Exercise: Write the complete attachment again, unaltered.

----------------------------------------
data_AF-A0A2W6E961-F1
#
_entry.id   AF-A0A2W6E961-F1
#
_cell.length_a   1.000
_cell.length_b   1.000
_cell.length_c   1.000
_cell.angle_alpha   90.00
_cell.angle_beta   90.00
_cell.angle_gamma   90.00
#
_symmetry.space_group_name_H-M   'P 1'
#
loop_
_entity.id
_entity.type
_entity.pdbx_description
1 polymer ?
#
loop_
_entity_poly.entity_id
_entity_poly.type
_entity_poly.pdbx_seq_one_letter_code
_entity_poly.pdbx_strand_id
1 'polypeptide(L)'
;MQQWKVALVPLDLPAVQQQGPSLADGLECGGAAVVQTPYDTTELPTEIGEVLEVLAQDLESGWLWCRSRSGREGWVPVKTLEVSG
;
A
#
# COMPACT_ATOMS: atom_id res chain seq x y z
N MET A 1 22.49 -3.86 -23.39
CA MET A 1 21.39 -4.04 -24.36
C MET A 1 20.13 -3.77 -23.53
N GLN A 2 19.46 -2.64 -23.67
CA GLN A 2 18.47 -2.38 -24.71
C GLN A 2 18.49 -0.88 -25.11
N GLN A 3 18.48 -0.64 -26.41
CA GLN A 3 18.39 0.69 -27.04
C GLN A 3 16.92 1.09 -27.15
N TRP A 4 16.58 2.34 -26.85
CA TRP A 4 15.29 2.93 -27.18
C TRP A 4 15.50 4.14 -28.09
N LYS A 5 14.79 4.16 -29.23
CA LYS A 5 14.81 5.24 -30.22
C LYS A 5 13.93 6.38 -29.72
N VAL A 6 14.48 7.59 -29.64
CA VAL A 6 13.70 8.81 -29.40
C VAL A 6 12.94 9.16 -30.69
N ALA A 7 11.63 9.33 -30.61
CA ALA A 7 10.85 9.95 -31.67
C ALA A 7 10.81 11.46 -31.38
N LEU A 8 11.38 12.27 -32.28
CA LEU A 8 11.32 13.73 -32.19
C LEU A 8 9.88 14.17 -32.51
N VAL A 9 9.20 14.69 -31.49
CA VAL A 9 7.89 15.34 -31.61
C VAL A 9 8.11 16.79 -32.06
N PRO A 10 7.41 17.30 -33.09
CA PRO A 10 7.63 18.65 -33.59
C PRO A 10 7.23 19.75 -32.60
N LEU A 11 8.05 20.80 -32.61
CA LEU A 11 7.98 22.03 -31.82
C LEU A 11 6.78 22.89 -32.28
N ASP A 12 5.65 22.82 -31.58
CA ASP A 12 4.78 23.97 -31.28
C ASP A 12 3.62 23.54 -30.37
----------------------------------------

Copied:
data_AF-A0A2W6E961-F1
#
_entry.id   AF-A0A2W6E961-F1
#
_cell.length_a   1.000
_cell.length_b   1.000
_cell.length_c   1.000
_cell.angle_alpha   90.00
_cell.angle_beta   90.00
_cell.angle_gamma   90.00
#
_symmetry.space_group_name_H-M   'P 1'
#
loop_
_entity.id
_entity.type
_entity.pdbx_description
1 polymer ?
#
loop_
_entity_poly.entity_id
_entity_poly.type
_entity_poly.pdbx_seq_one_letter_code
_entity_poly.pdbx_strand_id
1 'polypeptide(L)'
;MQQWKVALVPLDLPAVQQQGPSLADGLECGGAAVVQTPYDTTELPTEIGEVLEVLAQDLESGWLWCRSRSGREGWVPVKTLEVSG
;
A
#
# COMPACT_ATOMS: atom_id res chain seq x y z
N MET A 1 22.49 -3.86 -23.39
CA MET A 1 21.39 -4.04 -24.36
C MET A 1 20.13 -3.77 -23.53
N GLN A 2 19.46 -2.64 -23.67
CA GLN A 2 18.47 -2.38 -24.71
C GLN A 2 18.49 -0.88 -25.11
N GLN A 3 18.48 -0.64 -26.41
CA GLN A 3 18.39 0.69 -27.04
C GLN A 3 16.92 1.09 -27.15
N TRP A 4 16.58 2.34 -26.85
CA TRP A 4 15.29 2.93 -27.18
C TRP A 4 15.50 4.14 -28.09
N LYS A 5 14.79 4.16 -29.23
CA LYS A 5 14.81 5.24 -30.22
C LYS A 5 13.93 6.38 -29.72
N VAL A 6 14.48 7.59 -29.64
CA VAL A 6 13.70 8.81 -29.40
C VAL A 6 12.94 9.16 -30.69
N ALA A 7 11.63 9.33 -30.61
CA ALA A 7 10.85 9.95 -31.67
C ALA A 7 10.81 11.46 -31.38
N LEU A 8 11.38 12.27 -32.28
CA LEU A 8 11.32 13.73 -32.19
C LEU A 8 9.88 14.17 -32.51
N VAL A 9 9.20 14.69 -31.49
CA VAL A 9 7.89 15.34 -31.61
C VAL A 9 8.11 16.79 -32.06
N PRO A 10 7.41 17.30 -33.09
CA PRO A 10 7.63 18.65 -33.59
C PRO A 10 7.23 19.75 -32.60
N LEU A 11 8.05 20.80 -32.61
CA LEU A 11 7.98 22.03 -31.82
C LEU A 11 6.78 22.89 -32.28
N ASP A 12 5.65 22.82 -31.58
CA ASP A 12 4.78 23.97 -31.28
C ASP A 12 3.62 23.54 -30.37